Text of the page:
Food is a glorious thing, and not only to Dickensian orphans. After a mini break to warmer climes last week, with permanent access to a lavish buffet 3 times a day for 5 days, the one thing I don’t want to focus on, in the run up to an indulgent Easter weekend at my sister’s, is food.
I’ve still not shifted the half a stone I put on over Christmas and we are now in March. Hormones or mince pies, one of them is to blame for the subtle snugness I’m starting to feel when I put on my comfy knickers. I feel virtuous writing this whilst sitting on the train sipping a black coffee with added coconut oil, but I do have a suitcase full of fizz, chocolates and hot cross buns at my feet, and it won’t take long for them to relocate to my belly.
One of my clients this week is a proper foodie, a pioneer of vegetarian food in the UK and the most incredible chef. It doesn’t take us long to get past the pleasantries and straight onto food. The main topic of discussion, the curry supper menu I’d devised to cook for Big Sis and my brother-in-law on Saturday night. Easter being what it is, mainly lamb, cake and chocolate, I wanted to make something cleansing and light, see above reference to elusive weight loss.
Proper Foodie loves a curry and put the seal of approval on my cauliflower pakoras and coconut dal combo and suggested I throw in a few Ajwain seeds. New to me and deliciously aniseedy, they also had a familiarity about them, I couldn’t put my finger on it until the Proper Foodie said Bombay Duck! OMG! Yes! Bombay Duck!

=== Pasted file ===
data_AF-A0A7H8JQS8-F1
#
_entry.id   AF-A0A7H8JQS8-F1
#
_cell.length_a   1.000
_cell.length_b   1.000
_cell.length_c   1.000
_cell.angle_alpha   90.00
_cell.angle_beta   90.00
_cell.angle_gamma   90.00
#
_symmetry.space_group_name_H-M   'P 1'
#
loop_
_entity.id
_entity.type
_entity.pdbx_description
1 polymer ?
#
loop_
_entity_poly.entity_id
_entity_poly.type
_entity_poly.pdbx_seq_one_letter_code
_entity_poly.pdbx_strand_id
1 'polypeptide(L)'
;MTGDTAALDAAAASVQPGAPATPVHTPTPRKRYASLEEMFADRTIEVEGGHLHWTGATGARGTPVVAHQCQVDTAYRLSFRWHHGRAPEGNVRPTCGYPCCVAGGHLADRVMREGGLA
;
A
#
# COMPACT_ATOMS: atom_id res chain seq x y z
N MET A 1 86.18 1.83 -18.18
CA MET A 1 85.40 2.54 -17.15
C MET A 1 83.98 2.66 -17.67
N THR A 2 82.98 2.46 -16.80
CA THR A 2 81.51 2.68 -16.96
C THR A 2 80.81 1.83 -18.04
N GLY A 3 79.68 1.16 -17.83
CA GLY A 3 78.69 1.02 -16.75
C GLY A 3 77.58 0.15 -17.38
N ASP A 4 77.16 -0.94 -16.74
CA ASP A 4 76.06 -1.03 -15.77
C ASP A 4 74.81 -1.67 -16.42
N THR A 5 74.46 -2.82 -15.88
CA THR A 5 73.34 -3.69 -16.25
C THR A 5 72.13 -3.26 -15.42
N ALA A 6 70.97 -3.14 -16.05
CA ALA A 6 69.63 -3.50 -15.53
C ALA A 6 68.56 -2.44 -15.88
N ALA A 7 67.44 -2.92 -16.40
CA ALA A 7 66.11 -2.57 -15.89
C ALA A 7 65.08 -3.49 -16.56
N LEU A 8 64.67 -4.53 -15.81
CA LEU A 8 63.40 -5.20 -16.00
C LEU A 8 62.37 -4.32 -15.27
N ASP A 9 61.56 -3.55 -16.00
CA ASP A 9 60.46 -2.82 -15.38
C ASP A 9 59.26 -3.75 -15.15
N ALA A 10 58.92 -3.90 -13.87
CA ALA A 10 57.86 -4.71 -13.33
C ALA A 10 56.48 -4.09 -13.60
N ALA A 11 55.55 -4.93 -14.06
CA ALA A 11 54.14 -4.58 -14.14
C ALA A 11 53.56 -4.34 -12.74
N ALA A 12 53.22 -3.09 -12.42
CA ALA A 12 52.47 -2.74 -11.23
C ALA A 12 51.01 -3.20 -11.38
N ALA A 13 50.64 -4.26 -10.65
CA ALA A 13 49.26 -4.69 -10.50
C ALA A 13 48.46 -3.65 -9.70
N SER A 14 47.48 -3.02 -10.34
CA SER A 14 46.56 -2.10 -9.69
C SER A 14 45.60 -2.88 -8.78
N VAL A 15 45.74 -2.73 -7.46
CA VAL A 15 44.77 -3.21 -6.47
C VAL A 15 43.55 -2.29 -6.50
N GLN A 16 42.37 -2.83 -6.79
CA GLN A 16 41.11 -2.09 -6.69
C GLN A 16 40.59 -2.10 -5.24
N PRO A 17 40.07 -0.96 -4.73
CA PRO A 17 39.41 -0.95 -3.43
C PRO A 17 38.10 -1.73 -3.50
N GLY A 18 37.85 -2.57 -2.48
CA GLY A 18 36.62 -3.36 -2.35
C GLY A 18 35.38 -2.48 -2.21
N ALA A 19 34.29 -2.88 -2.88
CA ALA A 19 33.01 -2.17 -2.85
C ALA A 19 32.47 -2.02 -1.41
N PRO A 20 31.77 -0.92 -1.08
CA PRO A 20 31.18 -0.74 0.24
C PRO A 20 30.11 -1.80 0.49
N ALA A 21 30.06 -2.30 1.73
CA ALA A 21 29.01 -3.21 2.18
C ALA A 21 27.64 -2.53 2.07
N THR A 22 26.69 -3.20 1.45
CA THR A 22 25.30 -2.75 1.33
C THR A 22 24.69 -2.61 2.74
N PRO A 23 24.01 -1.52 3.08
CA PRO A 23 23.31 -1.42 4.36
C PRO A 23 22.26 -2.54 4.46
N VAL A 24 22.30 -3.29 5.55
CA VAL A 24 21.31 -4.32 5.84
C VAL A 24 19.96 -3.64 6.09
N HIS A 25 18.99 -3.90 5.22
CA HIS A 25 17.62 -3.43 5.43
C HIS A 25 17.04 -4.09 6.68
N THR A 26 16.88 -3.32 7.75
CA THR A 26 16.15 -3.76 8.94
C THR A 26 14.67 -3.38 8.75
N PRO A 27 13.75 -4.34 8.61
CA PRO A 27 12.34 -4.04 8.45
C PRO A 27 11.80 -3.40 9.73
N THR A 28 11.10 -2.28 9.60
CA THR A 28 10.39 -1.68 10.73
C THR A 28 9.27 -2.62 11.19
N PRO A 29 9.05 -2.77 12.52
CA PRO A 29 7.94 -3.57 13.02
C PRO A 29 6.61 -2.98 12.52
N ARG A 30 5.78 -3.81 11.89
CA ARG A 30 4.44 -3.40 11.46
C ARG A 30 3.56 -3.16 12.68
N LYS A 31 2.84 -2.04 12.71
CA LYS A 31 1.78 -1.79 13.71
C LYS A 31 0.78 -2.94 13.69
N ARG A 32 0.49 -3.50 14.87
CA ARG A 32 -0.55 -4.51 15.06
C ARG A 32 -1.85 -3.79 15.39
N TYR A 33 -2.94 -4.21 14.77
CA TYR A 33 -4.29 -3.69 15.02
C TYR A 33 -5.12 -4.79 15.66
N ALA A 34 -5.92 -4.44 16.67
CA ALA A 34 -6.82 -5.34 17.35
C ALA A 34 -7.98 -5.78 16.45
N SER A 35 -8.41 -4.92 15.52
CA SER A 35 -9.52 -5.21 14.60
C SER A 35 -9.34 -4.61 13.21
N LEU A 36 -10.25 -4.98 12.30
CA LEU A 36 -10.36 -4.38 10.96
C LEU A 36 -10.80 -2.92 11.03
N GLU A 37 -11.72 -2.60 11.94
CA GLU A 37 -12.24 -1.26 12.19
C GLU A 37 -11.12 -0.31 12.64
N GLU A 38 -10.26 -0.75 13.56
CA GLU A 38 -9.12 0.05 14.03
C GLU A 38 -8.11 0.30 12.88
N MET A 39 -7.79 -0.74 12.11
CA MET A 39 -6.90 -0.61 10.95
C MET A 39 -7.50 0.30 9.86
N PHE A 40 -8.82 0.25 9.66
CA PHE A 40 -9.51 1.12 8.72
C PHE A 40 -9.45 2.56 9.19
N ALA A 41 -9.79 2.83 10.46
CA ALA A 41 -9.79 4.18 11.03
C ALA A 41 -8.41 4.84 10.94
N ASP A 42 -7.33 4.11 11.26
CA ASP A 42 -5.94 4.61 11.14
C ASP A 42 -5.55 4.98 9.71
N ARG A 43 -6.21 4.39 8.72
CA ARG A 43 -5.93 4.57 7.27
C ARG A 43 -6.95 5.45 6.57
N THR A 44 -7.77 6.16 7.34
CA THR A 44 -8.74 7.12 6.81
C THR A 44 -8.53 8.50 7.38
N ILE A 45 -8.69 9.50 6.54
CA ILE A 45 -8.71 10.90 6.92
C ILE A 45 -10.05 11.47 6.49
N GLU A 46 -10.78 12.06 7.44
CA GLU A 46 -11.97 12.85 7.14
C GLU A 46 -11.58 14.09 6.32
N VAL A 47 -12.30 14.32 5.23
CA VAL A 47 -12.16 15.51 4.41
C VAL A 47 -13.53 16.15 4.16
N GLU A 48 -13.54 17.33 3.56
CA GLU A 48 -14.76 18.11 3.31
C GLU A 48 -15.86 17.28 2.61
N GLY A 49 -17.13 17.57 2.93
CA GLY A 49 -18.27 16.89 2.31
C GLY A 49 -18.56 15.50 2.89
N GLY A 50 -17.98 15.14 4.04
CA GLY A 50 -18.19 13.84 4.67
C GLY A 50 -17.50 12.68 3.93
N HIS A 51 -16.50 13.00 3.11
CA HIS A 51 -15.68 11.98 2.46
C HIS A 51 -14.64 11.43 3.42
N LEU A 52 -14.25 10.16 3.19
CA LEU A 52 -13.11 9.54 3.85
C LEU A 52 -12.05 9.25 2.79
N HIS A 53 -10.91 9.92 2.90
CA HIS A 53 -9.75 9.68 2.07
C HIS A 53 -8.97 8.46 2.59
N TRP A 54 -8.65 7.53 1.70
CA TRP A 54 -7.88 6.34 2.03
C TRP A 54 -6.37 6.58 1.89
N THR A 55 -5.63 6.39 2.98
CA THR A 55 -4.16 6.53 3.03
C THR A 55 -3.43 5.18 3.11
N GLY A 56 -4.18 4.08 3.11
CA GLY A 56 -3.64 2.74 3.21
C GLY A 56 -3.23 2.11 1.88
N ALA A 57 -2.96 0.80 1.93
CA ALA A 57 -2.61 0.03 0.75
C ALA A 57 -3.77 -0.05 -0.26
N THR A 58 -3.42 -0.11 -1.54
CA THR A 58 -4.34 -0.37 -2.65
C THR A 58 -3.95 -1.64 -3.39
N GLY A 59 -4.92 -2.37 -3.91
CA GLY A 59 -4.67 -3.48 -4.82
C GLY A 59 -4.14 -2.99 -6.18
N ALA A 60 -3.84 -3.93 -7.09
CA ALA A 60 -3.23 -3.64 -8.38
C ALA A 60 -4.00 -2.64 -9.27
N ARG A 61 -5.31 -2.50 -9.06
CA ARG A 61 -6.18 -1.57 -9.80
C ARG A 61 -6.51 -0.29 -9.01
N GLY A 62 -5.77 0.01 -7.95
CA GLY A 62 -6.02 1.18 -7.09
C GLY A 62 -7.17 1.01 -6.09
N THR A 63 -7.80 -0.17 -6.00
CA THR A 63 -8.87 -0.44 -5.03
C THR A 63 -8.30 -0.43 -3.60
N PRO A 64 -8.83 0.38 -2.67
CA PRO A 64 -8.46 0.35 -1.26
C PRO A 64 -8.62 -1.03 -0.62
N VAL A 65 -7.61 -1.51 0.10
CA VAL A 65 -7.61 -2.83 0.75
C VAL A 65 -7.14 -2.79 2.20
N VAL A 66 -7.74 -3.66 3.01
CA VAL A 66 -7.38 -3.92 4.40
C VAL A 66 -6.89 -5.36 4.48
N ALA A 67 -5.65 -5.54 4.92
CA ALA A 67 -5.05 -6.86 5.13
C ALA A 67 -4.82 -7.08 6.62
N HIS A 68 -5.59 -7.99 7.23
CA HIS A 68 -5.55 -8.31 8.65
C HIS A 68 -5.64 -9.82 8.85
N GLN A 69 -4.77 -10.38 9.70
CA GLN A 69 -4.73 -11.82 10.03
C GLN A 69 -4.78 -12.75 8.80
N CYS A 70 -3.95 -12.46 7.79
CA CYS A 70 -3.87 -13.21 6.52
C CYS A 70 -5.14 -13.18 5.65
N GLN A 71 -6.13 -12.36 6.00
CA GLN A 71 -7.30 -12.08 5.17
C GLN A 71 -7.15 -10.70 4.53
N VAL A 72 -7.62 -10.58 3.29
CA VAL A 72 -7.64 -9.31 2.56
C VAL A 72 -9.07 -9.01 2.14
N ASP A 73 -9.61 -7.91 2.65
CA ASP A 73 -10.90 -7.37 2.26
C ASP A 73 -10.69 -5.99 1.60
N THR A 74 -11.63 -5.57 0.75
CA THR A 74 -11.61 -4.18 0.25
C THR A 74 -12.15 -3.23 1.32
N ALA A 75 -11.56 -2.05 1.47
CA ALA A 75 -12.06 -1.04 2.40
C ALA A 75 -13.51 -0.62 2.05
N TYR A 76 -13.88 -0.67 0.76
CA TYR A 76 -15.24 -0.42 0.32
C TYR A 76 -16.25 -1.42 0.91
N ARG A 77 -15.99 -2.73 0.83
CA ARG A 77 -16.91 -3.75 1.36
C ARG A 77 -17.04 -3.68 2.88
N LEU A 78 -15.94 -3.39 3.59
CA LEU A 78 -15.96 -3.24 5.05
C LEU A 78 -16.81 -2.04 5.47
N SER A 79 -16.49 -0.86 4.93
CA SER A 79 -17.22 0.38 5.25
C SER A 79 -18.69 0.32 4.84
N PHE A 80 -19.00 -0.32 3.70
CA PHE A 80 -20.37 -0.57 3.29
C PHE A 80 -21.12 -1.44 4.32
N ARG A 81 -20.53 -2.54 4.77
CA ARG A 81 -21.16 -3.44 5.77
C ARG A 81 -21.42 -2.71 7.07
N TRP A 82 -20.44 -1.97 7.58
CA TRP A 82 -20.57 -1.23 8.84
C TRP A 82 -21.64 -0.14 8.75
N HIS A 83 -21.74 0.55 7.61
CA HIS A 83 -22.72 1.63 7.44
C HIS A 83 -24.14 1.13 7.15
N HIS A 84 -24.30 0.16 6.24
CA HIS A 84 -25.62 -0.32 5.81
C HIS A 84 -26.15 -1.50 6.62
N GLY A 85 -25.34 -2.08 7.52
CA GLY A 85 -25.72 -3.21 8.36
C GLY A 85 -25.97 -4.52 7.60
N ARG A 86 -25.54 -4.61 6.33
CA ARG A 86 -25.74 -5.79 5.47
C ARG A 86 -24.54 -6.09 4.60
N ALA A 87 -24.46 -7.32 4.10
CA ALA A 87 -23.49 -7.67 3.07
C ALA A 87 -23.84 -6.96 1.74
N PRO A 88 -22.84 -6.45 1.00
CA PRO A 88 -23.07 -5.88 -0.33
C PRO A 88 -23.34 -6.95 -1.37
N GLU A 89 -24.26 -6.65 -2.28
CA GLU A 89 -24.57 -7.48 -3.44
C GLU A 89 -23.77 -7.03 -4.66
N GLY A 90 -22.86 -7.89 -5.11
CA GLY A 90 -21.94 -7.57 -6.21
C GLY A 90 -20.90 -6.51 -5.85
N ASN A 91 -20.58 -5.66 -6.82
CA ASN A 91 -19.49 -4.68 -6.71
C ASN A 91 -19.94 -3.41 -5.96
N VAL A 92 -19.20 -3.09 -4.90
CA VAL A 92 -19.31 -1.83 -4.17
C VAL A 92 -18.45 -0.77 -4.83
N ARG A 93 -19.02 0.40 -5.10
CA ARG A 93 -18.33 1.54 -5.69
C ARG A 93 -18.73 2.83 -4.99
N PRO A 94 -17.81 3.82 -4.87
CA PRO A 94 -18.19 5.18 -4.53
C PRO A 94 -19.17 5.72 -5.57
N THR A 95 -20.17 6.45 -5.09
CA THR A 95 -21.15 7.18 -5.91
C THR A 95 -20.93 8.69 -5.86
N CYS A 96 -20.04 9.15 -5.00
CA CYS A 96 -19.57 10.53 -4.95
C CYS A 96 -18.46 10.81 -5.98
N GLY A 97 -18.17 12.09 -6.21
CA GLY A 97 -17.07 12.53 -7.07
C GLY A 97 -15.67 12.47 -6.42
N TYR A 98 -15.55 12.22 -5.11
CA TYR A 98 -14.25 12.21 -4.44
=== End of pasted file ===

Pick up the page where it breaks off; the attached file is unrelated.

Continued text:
I was swept back to Hastings and the mid-1970’s to a curry lunch. Every year Doreen and Ivor Jacobs opened up their home to the expat friends they had shared many years within the desert of Aden – now known as Yemen – and my parents were two of those friends. I remember a huge long table weighed down with silver tureens of curry and big glass bowls of rice. Trays of pickles and chutneys lined up alongside the pile of mismatched cutlery and paper serviettes, and at the end of the line a plate of Bombay Duck.
As well as being overwhelmed by the smells and the quantity of food on offer, I was never quite able to get my head round the fact that Bombay Duck was a fish, not a bird. Were they just trying to mess with my mind?? The taste was not unpleasant, salty and slightly pork like, with the texture of a soft twig. After a long day of eating and listening to adult conversation, mainly about who hadn’t turned up that year because they had died, there was the car journey home and the payback for inhaling the curry buffet, throwing up into a Sainsbury’s carrier bag in the back of my dad’s Toyota.
The mythical ingredient that is Bombay Duck was, for many years, a banned substance under EU Law. Not because it got you high, but because it stunk, and the traditional method of preparation, drying it in the sun on the beaches of Mumbai was deemed unsanitary. But one man, David Delaney from Hereford, took on the EU commission single handed and got the ban lifted.
Once again curry lovers in the UK are permitted to crumble this pungent delicacy all over the curry of their choice. No longer classed as contraband, there is no need to smuggle it into the country after a trip to the sub-continent and thanks to David Delaney, one less reason to #Brexit?
This article appeared in The Huffington Post